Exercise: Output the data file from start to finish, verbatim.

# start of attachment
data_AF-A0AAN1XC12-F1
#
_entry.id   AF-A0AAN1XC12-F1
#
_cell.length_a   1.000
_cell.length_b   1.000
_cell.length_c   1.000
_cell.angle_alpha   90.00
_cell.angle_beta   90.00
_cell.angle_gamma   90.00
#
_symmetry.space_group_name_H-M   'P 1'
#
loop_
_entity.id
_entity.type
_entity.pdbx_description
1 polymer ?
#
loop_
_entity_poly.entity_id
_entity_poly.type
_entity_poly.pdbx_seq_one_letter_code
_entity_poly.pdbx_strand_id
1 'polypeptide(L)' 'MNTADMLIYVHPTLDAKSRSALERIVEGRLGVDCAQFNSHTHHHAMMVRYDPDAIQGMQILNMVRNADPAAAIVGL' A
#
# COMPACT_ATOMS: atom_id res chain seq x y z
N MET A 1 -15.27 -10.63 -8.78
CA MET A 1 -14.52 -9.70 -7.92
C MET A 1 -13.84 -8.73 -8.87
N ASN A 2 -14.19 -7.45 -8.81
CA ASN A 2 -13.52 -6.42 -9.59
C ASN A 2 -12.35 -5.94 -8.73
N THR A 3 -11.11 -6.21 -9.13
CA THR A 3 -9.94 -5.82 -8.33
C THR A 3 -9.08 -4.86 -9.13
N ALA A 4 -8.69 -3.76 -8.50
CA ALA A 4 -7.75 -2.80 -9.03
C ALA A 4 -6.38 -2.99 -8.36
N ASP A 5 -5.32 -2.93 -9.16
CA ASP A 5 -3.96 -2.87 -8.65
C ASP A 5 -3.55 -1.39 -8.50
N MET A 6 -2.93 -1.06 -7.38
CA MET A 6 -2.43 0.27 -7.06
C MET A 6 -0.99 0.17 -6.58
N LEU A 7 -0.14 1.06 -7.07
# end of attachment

data_AF-A0AAN1XC12-F1
#
_entry.id   AF-A0AAN1XC12-F1
#
_cell.length_a   1.000
_cell.length_b   1.000
_cell.length_c   1.000
_cell.angle_alpha   90.00
_cell.angle_beta   90.00
_cell.angle_gamma   90.00
#
_symmetry.space_group_name_H-M   'P 1'
#
loop_
_entity.id
_entity.type
_entity.pdbx_description
1 polymer ?
#
loop_
_entity_poly.entity_id
_entity_poly.type
_entity_poly.pdbx_seq_one_letter_code
_entity_poly.pdbx_strand_id
1 'polypeptide(L)' 'MNTADMLIYVHPTLDAKSRSALERIVEGRLGVDCAQFNSHTHHHAMMVRYDPDAIQGMQILNMVRNADPAAAIVGL' A
#
# COMPACT_ATOMS: atom_id res chain seq x y z
N MET A 1 -15.27 -10.63 -8.78
CA MET A 1 -14.52 -9.70 -7.92
C MET A 1 -13.84 -8.73 -8.87
N ASN A 2 -14.19 -7.45 -8.81
CA ASN A 2 -13.52 -6.42 -9.59
C ASN A 2 -12.35 -5.94 -8.73
N THR A 3 -11.11 -6.21 -9.13
CA THR A 3 -9.94 -5.82 -8.33
C THR A 3 -9.08 -4.86 -9.13
N ALA A 4 -8.69 -3.76 -8.50
CA ALA A 4 -7.75 -2.80 -9.03
C ALA A 4 -6.38 -2.99 -8.36
N ASP A 5 -5.32 -2.93 -9.16
CA ASP A 5 -3.96 -2.87 -8.65
C ASP A 5 -3.55 -1.39 -8.50
N MET A 6 -2.93 -1.06 -7.38
CA MET A 6 -2.43 0.27 -7.06
C MET A 6 -0.99 0.17 -6.58
N LEU A 7 -0.14 1.06 -7.07